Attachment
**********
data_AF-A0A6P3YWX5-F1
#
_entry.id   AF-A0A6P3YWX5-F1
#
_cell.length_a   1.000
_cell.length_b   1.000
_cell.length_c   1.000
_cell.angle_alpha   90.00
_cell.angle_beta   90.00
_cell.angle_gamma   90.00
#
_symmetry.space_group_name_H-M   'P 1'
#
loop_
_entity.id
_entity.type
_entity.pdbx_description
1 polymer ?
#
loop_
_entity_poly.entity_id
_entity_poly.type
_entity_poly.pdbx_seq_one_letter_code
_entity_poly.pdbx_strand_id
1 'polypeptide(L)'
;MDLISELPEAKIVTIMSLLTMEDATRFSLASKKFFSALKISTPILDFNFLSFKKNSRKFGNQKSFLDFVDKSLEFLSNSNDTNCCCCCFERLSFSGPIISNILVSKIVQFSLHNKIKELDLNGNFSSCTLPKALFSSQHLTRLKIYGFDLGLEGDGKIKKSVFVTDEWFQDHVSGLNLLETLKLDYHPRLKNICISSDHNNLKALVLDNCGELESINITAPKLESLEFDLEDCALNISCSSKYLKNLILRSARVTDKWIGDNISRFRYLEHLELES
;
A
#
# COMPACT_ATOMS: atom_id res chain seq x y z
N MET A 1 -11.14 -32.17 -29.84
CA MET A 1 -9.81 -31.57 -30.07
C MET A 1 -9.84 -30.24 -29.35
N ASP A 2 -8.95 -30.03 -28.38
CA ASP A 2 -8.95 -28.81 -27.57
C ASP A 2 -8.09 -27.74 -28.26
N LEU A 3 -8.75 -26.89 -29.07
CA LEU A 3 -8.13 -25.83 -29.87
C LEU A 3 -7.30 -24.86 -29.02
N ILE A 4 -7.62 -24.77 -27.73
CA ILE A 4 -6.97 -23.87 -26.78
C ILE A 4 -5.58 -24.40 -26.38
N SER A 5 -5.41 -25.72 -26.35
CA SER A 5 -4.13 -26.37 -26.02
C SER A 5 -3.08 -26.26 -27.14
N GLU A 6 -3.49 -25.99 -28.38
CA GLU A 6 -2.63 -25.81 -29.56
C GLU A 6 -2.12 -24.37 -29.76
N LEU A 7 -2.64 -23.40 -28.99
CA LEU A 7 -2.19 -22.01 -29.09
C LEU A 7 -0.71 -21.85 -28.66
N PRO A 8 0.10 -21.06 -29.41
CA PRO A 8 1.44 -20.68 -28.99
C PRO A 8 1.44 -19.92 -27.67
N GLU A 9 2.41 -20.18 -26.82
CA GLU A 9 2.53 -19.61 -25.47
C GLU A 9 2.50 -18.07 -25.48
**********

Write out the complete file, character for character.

data_AF-A0A6P3YWX5-F1
#
_entry.id   AF-A0A6P3YWX5-F1
#
_cell.length_a   1.000
_cell.length_b   1.000
_cell.length_c   1.000
_cell.angle_alpha   90.00
_cell.angle_beta   90.00
_cell.angle_gamma   90.00
#
_symmetry.space_group_name_H-M   'P 1'
#
loop_
_entity.id
_entity.type
_entity.pdbx_description
1 polymer ?
#
loop_
_entity_poly.entity_id
_entity_poly.type
_entity_poly.pdbx_seq_one_letter_code
_entity_poly.pdbx_strand_id
1 'polypeptide(L)'
;MDLISELPEAKIVTIMSLLTMEDATRFSLASKKFFSALKISTPILDFNFLSFKKNSRKFGNQKSFLDFVDKSLEFLSNSNDTNCCCCCFERLSFSGPIISNILVSKIVQFSLHNKIKELDLNGNFSSCTLPKALFSSQHLTRLKIYGFDLGLEGDGKIKKSVFVTDEWFQDHVSGLNLLETLKLDYHPRLKNICISSDHNNLKALVLDNCGELESINITAPKLESLEFDLEDCALNISCSSKYLKNLILRSARVTDKWIGDNISRFRYLEHLELES
;
A
#
# COMPACT_ATOMS: atom_id res chain seq x y z
N MET A 1 -11.14 -32.17 -29.84
CA MET A 1 -9.81 -31.57 -30.07
C MET A 1 -9.84 -30.24 -29.35
N ASP A 2 -8.95 -30.03 -28.38
CA ASP A 2 -8.95 -28.81 -27.57
C ASP A 2 -8.09 -27.74 -28.26
N LEU A 3 -8.75 -26.89 -29.07
CA LEU A 3 -8.13 -25.83 -29.87
C LEU A 3 -7.30 -24.86 -29.02
N ILE A 4 -7.62 -24.77 -27.73
CA ILE A 4 -6.97 -23.87 -26.78
C ILE A 4 -5.58 -24.40 -26.38
N SER A 5 -5.41 -25.72 -26.35
CA SER A 5 -4.13 -26.37 -26.02
C SER A 5 -3.08 -26.26 -27.14
N GLU A 6 -3.49 -25.99 -28.38
CA GLU A 6 -2.63 -25.81 -29.56
C GLU A 6 -2.12 -24.37 -29.76
N LEU A 7 -2.64 -23.40 -28.99
CA LEU A 7 -2.19 -22.01 -29.09
C LEU A 7 -0.71 -21.85 -28.66
N PRO A 8 0.10 -21.06 -29.41
CA PRO A 8 1.44 -20.68 -28.99
C PRO A 8 1.44 -19.92 -27.67
N GLU A 9 2.41 -20.18 -26.82
CA GLU A 9 2.53 -19.61 -25.47
C GLU A 9 2.50 -18.07 -25.48